5 expensive mistakes British expats make about domicile and tax
[Estimated reading time: 6 minutes - read while you wait for your dinner to cook]
A recent conversation with some British friends here in Dubai left me worried…
We were talking tax.
I couldn’t believe how many of my friends misunderstood the key difference between residency status in the UK, and being British domiciled.
But, it seems my confused friends are in the majority…
These misunderstandings could leave you and your loved ones financially exposed.
They could even land you in trouble with the taxman if you’re not correctly declaring income and gains, or paying the right UK taxes.
Having covered residency rules and taxation comprehensively already, today I’m going to try and save you from making 5 expensive yet common mistakes relating to domicile and tax:
#1. Just because you’re no longer living in the UK, don’t mistakenly believe you’re no longer British domiciled.
If you’re a British expat you’re likely to have a UK domicile of origin, acquired at birth.
You can try and acquire a new domicile (a domicile of choice) by settling in a new country with the intention of living there permanently…however, try is the operative word…
It’s nigh on impossible to lose your UK domiciled status and acquire a new one.
In part, what makes it so difficult to acquire a new domicile is that there are no fixed rules about what’s required in order to do this!
The burden falls on any individual to prove they have acquired a new domicile - and often this isn’t finally decided by HMRC until that person dies.
Living in another country for a long time, although an important factor in the process, doesn’t mean a new domicile has been acquired.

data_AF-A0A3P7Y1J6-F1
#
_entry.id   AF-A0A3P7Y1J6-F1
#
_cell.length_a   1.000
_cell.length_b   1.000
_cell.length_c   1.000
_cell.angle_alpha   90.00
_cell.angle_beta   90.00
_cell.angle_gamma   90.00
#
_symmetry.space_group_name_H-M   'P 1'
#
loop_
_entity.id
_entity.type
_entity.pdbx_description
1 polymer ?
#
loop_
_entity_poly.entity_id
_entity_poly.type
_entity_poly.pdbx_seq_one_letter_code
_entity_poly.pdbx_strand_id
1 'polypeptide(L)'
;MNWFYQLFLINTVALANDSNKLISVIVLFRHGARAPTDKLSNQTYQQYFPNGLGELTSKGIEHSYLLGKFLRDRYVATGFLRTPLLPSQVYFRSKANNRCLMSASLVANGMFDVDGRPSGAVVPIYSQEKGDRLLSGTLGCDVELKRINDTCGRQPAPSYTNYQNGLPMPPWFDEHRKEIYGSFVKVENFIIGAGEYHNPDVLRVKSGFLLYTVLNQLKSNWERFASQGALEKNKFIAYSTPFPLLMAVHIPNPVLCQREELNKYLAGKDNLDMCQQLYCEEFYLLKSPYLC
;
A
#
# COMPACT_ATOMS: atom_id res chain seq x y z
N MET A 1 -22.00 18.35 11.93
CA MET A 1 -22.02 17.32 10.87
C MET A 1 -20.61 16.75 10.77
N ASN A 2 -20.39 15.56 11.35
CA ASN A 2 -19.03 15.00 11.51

Among the many conditions that HMRC lists relating to changing domicile, one is that all links with the UK must be severed, another is that you must have no intention of returning to the UK ever.
However, Old Mutual’s research revealed that almost three quarters of UK expats who believe themselves no longer UK domiciled still hold assets in the UK, and 81% have not ruled out returning to the UK in the future…
Therefore, the taxman would still consider them all to be deemed UK domiciled.
#2. British expats mistakenly believe they are only liable to UK inheritance tax (IHT) on their UK assets.
Most British expats – likely including you – will still be deemed UK domiciled on death.
This is critically important to understand - because it means your worldwide assets will become subject to UK IHT.
A common misconception I come across all the time is that only UK assets will be subject to UK IHT.
Old Mutual’s research revealed a staggering 82% of British expats failed to realise that worldwide assets can be subject to UK IHT.
This lack of knowledge could have a profound impact on your beneficiaries – and be the most expensive mistake you ever make.
Before probate can be granted, the probate fee and any inheritance tax due on an estate must be paid.
With UK IHT currently set at 40%, there could be a significant bill for beneficiaries to pay before they can access their inheritance.
Setting up a life insurance policy could help ensure your beneficiaries have access to cash to pay all required fees.
If you use an adviser to set up such a policy specifically for this purpose, ensure they place the policy in a trust to enable funds to be paid out instantly, without the need for probate.